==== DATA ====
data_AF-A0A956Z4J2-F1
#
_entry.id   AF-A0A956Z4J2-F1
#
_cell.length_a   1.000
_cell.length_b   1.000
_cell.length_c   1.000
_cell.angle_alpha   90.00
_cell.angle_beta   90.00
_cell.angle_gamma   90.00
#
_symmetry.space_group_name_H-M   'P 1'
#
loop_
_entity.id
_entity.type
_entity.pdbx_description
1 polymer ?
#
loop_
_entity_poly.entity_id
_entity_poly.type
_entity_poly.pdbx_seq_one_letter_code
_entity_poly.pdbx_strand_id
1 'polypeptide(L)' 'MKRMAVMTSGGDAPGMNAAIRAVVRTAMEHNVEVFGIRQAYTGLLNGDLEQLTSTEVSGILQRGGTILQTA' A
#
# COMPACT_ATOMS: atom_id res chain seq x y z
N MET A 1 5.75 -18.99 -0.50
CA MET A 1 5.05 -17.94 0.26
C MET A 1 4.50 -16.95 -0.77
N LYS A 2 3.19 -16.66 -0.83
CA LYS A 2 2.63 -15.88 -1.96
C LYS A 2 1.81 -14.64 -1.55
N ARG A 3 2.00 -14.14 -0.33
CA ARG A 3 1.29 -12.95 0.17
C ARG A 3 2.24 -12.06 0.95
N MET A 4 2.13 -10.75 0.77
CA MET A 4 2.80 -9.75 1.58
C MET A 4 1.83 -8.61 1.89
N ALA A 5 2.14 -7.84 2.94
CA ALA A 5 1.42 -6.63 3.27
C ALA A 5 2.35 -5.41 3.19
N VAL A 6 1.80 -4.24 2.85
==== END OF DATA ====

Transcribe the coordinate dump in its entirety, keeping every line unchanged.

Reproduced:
data_AF-A0A956Z4J2-F1
#
_entry.id   AF-A0A956Z4J2-F1
#
_cell.length_a   1.000
_cell.length_b   1.000
_cell.length_c   1.000
_cell.angle_alpha   90.00
_cell.angle_beta   90.00
_cell.angle_gamma   90.00
#
_symmetry.space_group_name_H-M   'P 1'
#
loop_
_entity.id
_entity.type
_entity.pdbx_description
1 polymer ?
#
loop_
_entity_poly.entity_id
_entity_poly.type
_entity_poly.pdbx_seq_one_letter_code
_entity_poly.pdbx_strand_id
1 'polypeptide(L)' 'MKRMAVMTSGGDAPGMNAAIRAVVRTAMEHNVEVFGIRQAYTGLLNGDLEQLTSTEVSGILQRGGTILQTA' A
#
# COMPACT_ATOMS: atom_id res chain seq x y z
N MET A 1 5.75 -18.99 -0.50
CA MET A 1 5.05 -17.94 0.26
C MET A 1 4.50 -16.95 -0.77
N LYS A 2 3.19 -16.66 -0.83
CA LYS A 2 2.63 -15.88 -1.96
C LYS A 2 1.81 -14.64 -1.55
N ARG A 3 2.00 -14.14 -0.33
CA ARG A 3 1.29 -12.95 0.17
C ARG A 3 2.24 -12.06 0.95
N MET A 4 2.13 -10.75 0.77
CA MET A 4 2.80 -9.75 1.58
C MET A 4 1.83 -8.61 1.89
N ALA A 5 2.14 -7.84 2.94
CA ALA A 5 1.42 -6.63 3.27
C ALA A 5 2.35 -5.41 3.19
N VAL A 6 1.80 -4.24 2.85